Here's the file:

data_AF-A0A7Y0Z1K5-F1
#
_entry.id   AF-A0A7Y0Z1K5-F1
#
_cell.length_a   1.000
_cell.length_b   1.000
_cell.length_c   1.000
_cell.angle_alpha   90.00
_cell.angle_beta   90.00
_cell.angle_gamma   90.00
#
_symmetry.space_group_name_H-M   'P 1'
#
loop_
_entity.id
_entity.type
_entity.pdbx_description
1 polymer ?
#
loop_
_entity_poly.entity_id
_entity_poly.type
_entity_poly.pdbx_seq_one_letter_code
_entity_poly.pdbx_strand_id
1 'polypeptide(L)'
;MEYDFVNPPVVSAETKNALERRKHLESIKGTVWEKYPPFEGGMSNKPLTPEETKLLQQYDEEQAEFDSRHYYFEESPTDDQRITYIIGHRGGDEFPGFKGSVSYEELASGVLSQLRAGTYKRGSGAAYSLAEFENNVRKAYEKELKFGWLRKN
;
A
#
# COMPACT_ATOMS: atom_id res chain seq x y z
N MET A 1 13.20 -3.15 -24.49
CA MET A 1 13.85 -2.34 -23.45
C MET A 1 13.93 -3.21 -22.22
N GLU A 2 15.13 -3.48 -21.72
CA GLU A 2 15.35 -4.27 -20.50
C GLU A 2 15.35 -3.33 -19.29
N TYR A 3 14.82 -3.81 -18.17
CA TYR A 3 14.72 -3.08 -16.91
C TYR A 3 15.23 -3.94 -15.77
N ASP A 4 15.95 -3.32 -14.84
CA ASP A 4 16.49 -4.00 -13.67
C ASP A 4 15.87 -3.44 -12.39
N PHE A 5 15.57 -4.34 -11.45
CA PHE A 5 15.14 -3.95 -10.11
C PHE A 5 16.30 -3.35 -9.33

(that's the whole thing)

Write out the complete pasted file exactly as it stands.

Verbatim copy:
data_AF-A0A7Y0Z1K5-F1
#
_entry.id   AF-A0A7Y0Z1K5-F1
#
_cell.length_a   1.000
_cell.length_b   1.000
_cell.length_c   1.000
_cell.angle_alpha   90.00
_cell.angle_beta   90.00
_cell.angle_gamma   90.00
#
_symmetry.space_group_name_H-M   'P 1'
#
loop_
_entity.id
_entity.type
_entity.pdbx_description
1 polymer ?
#
loop_
_entity_poly.entity_id
_entity_poly.type
_entity_poly.pdbx_seq_one_letter_code
_entity_poly.pdbx_strand_id
1 'polypeptide(L)'
;MEYDFVNPPVVSAETKNALERRKHLESIKGTVWEKYPPFEGGMSNKPLTPEETKLLQQYDEEQAEFDSRHYYFEESPTDDQRITYIIGHRGGDEFPGFKGSVSYEELASGVLSQLRAGTYKRGSGAAYSLAEFENNVRKAYEKELKFGWLRKN
;
A
#
# COMPACT_ATOMS: atom_id res chain seq x y z
N MET A 1 13.20 -3.15 -24.49
CA MET A 1 13.85 -2.34 -23.45
C MET A 1 13.93 -3.21 -22.22
N GLU A 2 15.13 -3.48 -21.72
CA GLU A 2 15.35 -4.27 -20.50
C GLU A 2 15.35 -3.33 -19.29
N TYR A 3 14.82 -3.81 -18.17
CA TYR A 3 14.72 -3.08 -16.91
C TYR A 3 15.23 -3.94 -15.77
N ASP A 4 15.95 -3.32 -14.84
CA ASP A 4 16.49 -4.00 -13.67
C ASP A 4 15.87 -3.44 -12.39
N PHE A 5 15.57 -4.34 -11.45
CA PHE A 5 15.14 -3.95 -10.11
C PHE A 5 16.30 -3.35 -9.33